Once a product reaches a certain level of public awareness it may very well almost sell itself (think of the eagerness with which new iPhone launches are awaited). For small businesses however, particularly newer ones, it is crucial to work actively and effectively to maximize a product’s sales potential. Here are 3 top tips on how to do this.
Make the most of real-world opportunities
Much has been written about the internet and how it has made it possible for small businesses to have a global reach. This is absolutely true, but cyberspace has become very crowded, which means that smaller businesses have to be very astute about getting that vital early engagement which should, if properly managed, lead to broader reach through those crucial likes and shares. Hence, even if your game plan is to dominate the internet, think local first. If you live in Woking, get out and about in Woking and, indeed, the rest of Surrey. You may not make many actual sales, but you can generate interest and, crucially, point people to your online presence, where your regular content needs to keep them interested. You may also want to think about having a physical address, which you can give to customers. Even in this digital age, details such as an address in Surrey and a landline phone number with the right code can inspire confidence since they indicate that somebody can be found in case of problems.
Engage on at least one social media platform
Any business which wants to maximize its sales potential needs to be on at least one social media platform. This has long gone past the point of being optional. Businesses can tie themselves in knots trying to measure and analyse social media. For small businesses however, there are really only 2 fundamental points to remember.
1 - Choose a channel which fits your passions.
2 - If at all possible, use at least one photograph with every post.
If you love to write, then write and use Twitter to post a link to your blog. Just be sure to use some sort of image with each of your posts if at all possible as there is extensive evidence to show that this does increase user engagement. For those who love photography and/or are prepared to spend the money on quality photographs, Instagram is an obvious choice. Those who aren’t confident with (or have budget for) either may find curating content on Pinterest is the way to go. With the exception of Pinterest, posting content to social media is far more than just a “hit and run” process, it’s important to read and respond to comments too. Engagement is crucial and it works both ways.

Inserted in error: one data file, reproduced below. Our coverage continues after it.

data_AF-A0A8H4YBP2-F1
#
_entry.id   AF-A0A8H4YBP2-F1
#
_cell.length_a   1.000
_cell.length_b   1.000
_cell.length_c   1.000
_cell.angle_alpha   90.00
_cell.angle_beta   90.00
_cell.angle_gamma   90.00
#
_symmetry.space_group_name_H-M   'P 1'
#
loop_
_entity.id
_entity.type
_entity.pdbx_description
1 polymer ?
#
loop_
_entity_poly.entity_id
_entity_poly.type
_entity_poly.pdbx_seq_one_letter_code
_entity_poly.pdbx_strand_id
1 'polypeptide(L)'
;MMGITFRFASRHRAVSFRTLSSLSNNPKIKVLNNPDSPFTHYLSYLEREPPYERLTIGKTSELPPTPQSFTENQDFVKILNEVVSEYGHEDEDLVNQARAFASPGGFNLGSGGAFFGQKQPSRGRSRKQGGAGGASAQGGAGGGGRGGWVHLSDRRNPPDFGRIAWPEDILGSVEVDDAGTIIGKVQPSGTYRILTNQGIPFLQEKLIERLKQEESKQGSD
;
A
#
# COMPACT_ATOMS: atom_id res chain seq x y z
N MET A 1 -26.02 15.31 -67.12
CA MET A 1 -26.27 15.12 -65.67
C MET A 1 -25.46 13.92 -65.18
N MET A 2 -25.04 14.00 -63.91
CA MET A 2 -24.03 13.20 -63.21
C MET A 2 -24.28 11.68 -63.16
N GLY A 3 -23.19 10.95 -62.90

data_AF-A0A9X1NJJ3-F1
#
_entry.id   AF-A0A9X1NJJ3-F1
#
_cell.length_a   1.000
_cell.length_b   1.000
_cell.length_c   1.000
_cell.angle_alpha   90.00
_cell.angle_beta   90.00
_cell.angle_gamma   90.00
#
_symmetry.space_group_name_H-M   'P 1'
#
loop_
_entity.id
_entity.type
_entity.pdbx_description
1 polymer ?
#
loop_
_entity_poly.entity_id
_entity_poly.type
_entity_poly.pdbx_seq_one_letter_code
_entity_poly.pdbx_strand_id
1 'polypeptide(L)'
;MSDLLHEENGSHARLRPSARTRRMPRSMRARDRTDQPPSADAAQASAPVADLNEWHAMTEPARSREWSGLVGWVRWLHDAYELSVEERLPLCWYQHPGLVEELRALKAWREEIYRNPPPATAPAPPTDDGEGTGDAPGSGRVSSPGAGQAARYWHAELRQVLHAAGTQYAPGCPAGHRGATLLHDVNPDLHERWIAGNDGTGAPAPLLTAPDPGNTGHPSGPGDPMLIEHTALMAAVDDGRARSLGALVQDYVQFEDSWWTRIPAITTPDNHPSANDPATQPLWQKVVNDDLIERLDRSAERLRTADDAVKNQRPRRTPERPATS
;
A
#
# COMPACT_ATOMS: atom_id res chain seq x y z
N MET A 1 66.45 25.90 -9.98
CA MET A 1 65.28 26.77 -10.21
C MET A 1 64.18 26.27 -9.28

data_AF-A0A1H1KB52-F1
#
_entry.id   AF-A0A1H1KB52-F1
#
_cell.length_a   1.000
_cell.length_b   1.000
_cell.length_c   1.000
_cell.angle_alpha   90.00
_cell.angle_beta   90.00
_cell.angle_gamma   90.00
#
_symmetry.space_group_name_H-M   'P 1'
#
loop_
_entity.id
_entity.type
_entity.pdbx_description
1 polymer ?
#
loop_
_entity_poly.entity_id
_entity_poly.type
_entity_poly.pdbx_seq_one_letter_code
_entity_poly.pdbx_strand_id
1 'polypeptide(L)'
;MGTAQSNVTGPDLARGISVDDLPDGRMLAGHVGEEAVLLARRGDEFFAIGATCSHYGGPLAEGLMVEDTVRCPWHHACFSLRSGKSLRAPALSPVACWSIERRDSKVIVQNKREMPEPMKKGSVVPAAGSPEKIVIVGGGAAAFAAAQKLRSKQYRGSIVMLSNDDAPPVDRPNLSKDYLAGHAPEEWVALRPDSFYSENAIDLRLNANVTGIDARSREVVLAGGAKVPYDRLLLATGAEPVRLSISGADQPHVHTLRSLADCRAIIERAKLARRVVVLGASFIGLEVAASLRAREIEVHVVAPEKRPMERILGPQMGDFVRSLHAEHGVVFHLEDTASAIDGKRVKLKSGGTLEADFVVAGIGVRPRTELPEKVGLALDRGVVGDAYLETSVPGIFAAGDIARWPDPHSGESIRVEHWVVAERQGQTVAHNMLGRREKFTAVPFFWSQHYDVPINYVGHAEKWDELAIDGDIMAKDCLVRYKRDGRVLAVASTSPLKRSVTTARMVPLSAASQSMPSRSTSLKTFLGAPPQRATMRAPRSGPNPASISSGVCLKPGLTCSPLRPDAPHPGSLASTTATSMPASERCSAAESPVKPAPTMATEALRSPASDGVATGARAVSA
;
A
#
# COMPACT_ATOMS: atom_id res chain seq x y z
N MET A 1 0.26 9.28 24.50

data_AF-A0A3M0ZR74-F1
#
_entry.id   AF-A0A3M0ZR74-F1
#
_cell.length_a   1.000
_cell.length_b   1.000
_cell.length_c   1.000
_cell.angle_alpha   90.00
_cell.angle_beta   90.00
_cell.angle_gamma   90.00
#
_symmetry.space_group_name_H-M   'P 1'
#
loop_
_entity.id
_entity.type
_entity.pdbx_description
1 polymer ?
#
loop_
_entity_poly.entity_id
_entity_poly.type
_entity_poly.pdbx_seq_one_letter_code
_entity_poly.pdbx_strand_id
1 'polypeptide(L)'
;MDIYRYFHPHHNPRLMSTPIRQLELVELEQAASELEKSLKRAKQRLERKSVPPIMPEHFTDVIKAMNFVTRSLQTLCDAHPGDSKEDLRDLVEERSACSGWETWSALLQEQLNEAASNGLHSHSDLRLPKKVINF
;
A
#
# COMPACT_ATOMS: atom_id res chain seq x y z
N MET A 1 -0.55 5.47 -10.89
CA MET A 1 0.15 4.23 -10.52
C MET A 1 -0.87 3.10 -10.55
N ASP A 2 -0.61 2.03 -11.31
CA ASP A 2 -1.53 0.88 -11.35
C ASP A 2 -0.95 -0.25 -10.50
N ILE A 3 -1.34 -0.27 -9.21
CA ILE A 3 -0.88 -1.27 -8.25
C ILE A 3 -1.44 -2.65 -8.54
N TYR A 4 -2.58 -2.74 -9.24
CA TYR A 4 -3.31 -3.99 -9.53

Understand that photographs are vital to success
Let’s split photography into two categories, products and social media. Unless you are an expert photographer, then product photography is a job for the professionals. They are practised in walking the fine line between presenting products in the best possible light (literally as well as metaphorically) without misrepresenting them (which leads to disappointed customers). Ideally businesses should try to find a photographer near them. If a business is based in Woking, Surrey, it’s a whole lot easier to manage product photography with someone who is also based in Woking, Surrey than it is to work with someone at the other end of the country. For social media, it may be perfectly fine to use amateur/amateur+ photographs most of the time, although “mission critical” shots, particularly those involving your products are often best left to professionals. Whatever form of social media you choose, however, remember the importance of tagging and tagging etiquette. As a rule of thumb use one to three relevant tags. Avoid the temptation to use every tag you can think of, doing so is likely just to confuse and possibly annoy users.